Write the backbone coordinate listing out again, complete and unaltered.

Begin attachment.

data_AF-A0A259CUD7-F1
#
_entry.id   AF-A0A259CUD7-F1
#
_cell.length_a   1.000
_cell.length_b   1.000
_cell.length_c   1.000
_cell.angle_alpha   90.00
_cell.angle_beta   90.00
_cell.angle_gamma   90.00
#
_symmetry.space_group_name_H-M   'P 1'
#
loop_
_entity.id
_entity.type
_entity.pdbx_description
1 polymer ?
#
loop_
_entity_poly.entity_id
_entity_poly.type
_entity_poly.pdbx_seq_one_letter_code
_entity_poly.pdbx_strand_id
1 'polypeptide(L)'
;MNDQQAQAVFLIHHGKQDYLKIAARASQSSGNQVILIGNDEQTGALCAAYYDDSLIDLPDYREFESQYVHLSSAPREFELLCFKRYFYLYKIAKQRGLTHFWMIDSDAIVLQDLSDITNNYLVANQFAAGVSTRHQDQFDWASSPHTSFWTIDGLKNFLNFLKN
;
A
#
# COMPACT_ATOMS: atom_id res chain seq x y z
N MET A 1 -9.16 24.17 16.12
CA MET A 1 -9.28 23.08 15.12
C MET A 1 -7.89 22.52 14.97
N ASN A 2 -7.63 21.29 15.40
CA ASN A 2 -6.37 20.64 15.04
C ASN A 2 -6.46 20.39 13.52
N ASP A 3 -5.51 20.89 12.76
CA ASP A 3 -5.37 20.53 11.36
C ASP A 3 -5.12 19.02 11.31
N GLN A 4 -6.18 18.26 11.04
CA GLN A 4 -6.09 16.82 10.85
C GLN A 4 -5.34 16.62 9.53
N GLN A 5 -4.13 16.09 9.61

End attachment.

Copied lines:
data_AF-A0A259CUD7-F1
#
_entry.id   AF-A0A259CUD7-F1
#
_cell.length_a   1.000
_cell.length_b   1.000
_cell.length_c   1.000
_cell.angle_alpha   90.00
_cell.angle_beta   90.00
_cell.angle_gamma   90.00
#
_symmetry.space_group_name_H-M   'P 1'
#
loop_
_entity.id
_entity.type
_entity.pdbx_description
1 polymer ?
#
loop_
_entity_poly.entity_id
_entity_poly.type
_entity_poly.pdbx_seq_one_letter_code
_entity_poly.pdbx_strand_id
1 'polypeptide(L)'
;MNDQQAQAVFLIHHGKQDYLKIAARASQSSGNQVILIGNDEQTGALCAAYYDDSLIDLPDYREFESQYVHLSSAPREFELLCFKRYFYLYKIAKQRGLTHFWMIDSDAIVLQDLSDITNNYLVANQFAAGVSTRHQDQFDWASSPHTSFWTIDGLKNFLNFLKN
;
A
#
# COMPACT_ATOMS: atom_id res chain seq x y z
N MET A 1 -9.16 24.17 16.12
CA MET A 1 -9.28 23.08 15.12
C MET A 1 -7.89 22.52 14.97
N ASN A 2 -7.63 21.29 15.40
CA ASN A 2 -6.37 20.64 15.04
C ASN A 2 -6.46 20.39 13.52
N ASP A 3 -5.51 20.89 12.76
CA ASP A 3 -5.37 20.53 11.36
C ASP A 3 -5.12 19.02 11.31
N GLN A 4 -6.18 18.26 11.04
CA GLN A 4 -6.09 16.82 10.85
C GLN A 4 -5.34 16.62 9.53
N GLN A 5 -4.13 16.09 9.61